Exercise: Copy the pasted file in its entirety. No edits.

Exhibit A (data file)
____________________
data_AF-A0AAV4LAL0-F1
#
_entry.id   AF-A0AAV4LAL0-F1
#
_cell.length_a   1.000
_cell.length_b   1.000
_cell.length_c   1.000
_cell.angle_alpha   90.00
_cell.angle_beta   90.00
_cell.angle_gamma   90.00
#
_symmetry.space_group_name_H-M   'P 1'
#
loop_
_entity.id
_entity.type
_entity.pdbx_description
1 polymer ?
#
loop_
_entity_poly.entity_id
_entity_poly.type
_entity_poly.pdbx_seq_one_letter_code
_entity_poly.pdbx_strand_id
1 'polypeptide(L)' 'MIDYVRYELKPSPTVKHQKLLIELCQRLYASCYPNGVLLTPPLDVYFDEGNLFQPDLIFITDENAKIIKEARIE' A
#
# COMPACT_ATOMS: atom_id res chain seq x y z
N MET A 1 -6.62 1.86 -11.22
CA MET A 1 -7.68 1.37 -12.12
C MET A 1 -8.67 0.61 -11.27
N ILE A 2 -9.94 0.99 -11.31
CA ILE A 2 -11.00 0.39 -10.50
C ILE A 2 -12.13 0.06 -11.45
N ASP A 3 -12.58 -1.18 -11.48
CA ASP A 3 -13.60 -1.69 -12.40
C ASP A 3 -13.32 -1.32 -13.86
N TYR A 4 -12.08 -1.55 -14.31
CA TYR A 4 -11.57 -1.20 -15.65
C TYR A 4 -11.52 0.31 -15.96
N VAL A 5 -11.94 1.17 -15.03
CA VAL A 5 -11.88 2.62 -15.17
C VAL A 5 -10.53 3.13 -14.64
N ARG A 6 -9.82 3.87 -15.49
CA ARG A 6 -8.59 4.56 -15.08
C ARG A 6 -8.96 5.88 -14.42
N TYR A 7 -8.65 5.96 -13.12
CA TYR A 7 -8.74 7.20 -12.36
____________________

data_AF-A0AAV4LAL0-F1
#
_entry.id   AF-A0AAV4LAL0-F1
#
_cell.length_a   1.000
_cell.length_b   1.000
_cell.length_c   1.000
_cell.angle_alpha   90.00
_cell.angle_beta   90.00
_cell.angle_gamma   90.00
#
_symmetry.space_group_name_H-M   'P 1'
#
loop_
_entity.id
_entity.type
_entity.pdbx_description
1 polymer ?
#
loop_
_entity_poly.entity_id
_entity_poly.type
_entity_poly.pdbx_seq_one_letter_code
_entity_poly.pdbx_strand_id
1 'polypeptide(L)' 'MIDYVRYELKPSPTVKHQKLLIELCQRLYASCYPNGVLLTPPLDVYFDEGNLFQPDLIFITDENAKIIKEARIE' A
#
# COMPACT_ATOMS: atom_id res chain seq x y z
N MET A 1 -6.62 1.86 -11.22
CA MET A 1 -7.68 1.37 -12.12
C MET A 1 -8.67 0.61 -11.27
N ILE A 2 -9.94 0.99 -11.31
CA ILE A 2 -11.00 0.39 -10.50
C ILE A 2 -12.13 0.06 -11.45
N ASP A 3 -12.58 -1.18 -11.48
CA ASP A 3 -13.60 -1.69 -12.40
C ASP A 3 -13.32 -1.32 -13.86
N TYR A 4 -12.08 -1.55 -14.31
CA TYR A 4 -11.57 -1.20 -15.65
C TYR A 4 -11.52 0.31 -15.96
N VAL A 5 -11.94 1.17 -15.03
CA VAL A 5 -11.88 2.62 -15.17
C VAL A 5 -10.53 3.13 -14.64
N ARG A 6 -9.82 3.87 -15.49
CA ARG A 6 -8.59 4.56 -15.08
C ARG A 6 -8.96 5.88 -14.42
N TYR A 7 -8.65 5.96 -13.12
CA TYR A 7 -8.74 7.20 -12.36